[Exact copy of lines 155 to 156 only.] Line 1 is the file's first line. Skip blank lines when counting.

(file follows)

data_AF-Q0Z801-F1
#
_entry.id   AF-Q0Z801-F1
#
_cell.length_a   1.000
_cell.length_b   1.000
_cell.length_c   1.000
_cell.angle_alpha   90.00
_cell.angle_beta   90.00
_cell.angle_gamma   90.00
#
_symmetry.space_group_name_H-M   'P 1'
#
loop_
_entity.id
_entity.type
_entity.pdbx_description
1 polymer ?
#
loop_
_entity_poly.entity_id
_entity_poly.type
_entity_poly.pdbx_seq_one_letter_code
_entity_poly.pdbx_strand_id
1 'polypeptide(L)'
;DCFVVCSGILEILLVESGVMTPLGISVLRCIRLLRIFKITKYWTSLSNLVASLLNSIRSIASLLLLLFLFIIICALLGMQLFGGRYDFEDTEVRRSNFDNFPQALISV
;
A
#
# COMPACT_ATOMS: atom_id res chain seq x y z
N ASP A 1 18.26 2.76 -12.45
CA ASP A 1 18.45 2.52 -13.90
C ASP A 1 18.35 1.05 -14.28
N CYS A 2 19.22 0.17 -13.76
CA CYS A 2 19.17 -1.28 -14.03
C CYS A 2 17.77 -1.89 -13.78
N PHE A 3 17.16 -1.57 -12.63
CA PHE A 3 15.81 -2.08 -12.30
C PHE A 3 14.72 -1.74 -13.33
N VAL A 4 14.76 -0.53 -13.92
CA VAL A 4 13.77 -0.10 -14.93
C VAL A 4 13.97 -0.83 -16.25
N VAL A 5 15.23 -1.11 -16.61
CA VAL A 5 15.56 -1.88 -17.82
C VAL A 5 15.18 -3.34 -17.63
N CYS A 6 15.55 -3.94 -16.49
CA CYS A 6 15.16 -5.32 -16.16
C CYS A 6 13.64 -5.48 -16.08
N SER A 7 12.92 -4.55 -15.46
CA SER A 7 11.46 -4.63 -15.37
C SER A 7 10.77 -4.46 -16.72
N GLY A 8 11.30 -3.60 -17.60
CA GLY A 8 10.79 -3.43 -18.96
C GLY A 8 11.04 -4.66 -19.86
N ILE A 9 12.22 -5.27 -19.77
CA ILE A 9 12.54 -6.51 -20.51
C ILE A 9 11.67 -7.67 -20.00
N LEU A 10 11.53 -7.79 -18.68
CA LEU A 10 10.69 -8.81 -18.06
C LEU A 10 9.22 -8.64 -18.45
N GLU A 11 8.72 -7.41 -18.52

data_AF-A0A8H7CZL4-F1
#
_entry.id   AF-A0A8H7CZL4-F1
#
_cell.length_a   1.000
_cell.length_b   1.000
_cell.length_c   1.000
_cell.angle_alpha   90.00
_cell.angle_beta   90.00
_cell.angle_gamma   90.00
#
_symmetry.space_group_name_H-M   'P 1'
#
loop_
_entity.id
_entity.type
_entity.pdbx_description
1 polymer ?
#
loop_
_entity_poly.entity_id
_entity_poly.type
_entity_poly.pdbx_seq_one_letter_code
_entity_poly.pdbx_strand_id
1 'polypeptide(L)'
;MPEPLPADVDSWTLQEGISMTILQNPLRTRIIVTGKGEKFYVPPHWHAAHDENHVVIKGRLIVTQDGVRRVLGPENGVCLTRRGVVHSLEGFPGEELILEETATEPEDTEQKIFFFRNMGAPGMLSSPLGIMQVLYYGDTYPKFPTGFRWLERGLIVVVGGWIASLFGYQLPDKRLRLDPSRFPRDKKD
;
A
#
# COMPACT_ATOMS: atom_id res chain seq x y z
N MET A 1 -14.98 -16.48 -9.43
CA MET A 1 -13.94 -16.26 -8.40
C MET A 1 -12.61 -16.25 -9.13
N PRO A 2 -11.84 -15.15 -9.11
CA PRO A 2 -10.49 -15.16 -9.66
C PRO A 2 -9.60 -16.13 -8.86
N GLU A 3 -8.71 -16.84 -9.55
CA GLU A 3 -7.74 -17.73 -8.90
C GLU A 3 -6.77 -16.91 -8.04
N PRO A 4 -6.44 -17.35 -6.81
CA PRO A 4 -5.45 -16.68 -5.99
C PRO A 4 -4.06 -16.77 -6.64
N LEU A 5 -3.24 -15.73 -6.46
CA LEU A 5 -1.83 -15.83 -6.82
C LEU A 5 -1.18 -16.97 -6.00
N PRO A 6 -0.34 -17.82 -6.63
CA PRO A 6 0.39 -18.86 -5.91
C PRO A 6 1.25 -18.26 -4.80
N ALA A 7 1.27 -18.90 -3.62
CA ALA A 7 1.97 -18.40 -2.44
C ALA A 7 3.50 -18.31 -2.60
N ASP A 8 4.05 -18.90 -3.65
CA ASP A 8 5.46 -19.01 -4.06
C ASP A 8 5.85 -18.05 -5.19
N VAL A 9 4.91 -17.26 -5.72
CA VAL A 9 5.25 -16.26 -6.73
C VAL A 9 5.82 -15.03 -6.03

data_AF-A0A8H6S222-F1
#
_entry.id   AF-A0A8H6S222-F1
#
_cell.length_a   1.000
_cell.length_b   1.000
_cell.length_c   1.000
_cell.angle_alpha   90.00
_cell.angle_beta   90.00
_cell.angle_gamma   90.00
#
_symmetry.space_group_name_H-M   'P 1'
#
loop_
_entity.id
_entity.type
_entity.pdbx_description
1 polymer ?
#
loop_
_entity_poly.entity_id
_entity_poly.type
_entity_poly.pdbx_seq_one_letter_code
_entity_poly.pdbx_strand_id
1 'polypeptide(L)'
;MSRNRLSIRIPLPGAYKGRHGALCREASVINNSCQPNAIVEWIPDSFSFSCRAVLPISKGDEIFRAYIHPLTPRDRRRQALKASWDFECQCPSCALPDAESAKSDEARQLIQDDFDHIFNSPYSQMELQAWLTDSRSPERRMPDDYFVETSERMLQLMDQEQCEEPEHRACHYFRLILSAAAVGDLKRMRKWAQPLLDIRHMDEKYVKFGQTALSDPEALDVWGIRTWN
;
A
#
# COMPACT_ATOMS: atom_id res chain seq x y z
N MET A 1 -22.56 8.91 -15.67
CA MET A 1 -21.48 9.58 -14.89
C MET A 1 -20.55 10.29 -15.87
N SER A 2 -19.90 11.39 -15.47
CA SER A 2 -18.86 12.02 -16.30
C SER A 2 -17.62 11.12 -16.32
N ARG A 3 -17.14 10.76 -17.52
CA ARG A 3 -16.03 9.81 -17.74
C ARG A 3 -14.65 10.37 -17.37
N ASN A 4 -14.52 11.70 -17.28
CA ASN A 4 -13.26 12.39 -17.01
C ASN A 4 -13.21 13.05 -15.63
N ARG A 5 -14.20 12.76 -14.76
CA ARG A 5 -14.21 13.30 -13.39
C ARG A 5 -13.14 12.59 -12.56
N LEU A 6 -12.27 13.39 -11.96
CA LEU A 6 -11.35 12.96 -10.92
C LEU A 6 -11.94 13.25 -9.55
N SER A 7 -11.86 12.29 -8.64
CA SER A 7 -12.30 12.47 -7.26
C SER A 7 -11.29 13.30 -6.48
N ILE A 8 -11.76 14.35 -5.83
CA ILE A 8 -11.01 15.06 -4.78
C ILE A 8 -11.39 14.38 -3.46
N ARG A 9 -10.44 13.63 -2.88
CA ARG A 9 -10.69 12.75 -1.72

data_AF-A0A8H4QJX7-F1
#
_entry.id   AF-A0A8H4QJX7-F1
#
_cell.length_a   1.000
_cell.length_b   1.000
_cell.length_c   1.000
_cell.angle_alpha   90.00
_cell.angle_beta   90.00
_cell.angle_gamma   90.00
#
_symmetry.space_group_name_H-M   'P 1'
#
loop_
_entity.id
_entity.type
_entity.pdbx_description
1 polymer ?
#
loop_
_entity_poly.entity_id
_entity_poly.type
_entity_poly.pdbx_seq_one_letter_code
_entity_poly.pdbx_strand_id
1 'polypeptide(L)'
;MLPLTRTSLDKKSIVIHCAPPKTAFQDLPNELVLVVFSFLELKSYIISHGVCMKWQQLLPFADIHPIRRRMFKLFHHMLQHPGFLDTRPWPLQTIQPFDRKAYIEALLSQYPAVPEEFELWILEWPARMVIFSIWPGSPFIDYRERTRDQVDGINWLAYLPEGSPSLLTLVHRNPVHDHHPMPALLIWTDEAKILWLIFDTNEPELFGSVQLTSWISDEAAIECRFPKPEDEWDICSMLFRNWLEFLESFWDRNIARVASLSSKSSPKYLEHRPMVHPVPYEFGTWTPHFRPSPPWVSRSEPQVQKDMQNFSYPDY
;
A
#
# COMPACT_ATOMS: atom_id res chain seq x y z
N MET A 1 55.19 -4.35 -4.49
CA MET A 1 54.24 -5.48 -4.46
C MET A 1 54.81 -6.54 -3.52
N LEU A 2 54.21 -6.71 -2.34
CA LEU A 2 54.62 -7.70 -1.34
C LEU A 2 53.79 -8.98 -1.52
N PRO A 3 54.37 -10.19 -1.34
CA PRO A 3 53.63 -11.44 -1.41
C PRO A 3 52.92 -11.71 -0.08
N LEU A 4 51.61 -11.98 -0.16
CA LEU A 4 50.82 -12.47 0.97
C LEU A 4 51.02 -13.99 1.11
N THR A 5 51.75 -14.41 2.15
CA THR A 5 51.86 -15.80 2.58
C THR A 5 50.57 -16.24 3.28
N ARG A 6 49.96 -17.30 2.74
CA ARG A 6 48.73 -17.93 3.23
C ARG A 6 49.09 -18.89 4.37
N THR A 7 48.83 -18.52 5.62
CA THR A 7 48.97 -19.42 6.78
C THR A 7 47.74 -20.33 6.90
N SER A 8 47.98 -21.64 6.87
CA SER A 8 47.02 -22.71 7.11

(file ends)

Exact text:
N ARG A 3 -17.14 10.76 -17.52
CA ARG A 3 -16.03 9.81 -17.74